When deciding where to place your feeders, remember that birds need protection from wind and predators, as well as perches to use while waiting to use the feeder. Thus, a feeder placed in the middle of an open yard may attract few birds. Try to put your feeders near shrubs and trees. However, thick vegetation around a feeder may provide ambush cover for cats. Keep free_roaming cats out of your yard, if possible. Put your feeders where they can be easily observed from a window to get the most enjoyment from them.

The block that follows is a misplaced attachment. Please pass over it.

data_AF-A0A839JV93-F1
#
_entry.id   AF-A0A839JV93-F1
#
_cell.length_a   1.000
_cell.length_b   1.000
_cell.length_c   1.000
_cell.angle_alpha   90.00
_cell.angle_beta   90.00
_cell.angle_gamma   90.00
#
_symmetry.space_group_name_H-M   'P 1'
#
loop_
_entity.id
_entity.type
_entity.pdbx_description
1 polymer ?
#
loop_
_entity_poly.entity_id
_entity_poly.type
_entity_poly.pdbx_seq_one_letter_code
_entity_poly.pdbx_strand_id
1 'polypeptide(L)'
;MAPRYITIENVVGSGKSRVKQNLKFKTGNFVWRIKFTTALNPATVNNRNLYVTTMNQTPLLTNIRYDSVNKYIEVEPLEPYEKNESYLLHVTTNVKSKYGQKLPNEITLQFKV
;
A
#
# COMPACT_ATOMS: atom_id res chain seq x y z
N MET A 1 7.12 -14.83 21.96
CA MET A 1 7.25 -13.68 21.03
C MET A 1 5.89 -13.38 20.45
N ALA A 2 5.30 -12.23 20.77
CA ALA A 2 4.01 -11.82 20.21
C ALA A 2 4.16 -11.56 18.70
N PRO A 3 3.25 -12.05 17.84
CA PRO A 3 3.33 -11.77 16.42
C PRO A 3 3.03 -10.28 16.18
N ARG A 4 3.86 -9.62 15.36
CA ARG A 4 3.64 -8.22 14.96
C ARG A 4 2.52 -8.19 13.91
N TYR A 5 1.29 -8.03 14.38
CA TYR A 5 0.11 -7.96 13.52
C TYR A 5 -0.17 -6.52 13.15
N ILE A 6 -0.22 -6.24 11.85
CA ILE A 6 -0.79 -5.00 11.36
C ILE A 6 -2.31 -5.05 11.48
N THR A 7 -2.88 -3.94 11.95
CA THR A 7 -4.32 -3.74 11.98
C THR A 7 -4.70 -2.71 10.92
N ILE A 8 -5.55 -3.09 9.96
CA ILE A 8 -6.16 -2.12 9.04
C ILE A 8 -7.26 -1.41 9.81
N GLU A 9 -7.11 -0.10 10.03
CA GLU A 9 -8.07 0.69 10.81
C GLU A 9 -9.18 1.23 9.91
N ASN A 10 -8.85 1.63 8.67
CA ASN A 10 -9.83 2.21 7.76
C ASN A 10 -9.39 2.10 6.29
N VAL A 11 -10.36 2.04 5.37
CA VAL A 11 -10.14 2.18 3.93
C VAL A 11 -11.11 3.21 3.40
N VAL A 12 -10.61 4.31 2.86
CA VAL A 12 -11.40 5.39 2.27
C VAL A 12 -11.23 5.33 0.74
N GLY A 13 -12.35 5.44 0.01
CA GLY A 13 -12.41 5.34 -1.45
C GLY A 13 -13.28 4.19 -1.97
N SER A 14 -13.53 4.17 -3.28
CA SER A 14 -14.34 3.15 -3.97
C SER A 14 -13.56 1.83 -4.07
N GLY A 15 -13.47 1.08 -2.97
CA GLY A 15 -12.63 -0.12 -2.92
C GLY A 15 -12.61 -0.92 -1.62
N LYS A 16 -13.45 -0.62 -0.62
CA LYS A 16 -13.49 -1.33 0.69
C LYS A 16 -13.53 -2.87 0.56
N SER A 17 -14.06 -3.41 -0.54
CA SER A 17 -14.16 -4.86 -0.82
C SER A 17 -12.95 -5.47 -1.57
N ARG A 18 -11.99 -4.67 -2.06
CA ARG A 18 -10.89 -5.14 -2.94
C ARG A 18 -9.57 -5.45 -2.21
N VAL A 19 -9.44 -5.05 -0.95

Winter Roost Boxes. Chickadees, owls, and woodpeckers that remain in Alaska during winter use natural tree cavities and birdhouses as roosting sites. These roosting sites provide protection from wind and snow and extra insulation against the cold. Any birdhouse can provide a winter roost site if it is properly built, but better insulated birdhouses can also be constructed. Try placing perches on the inside of a birdhouse. During severe cold several chickadees sometimes share their body heat by roosting together in a single cavity.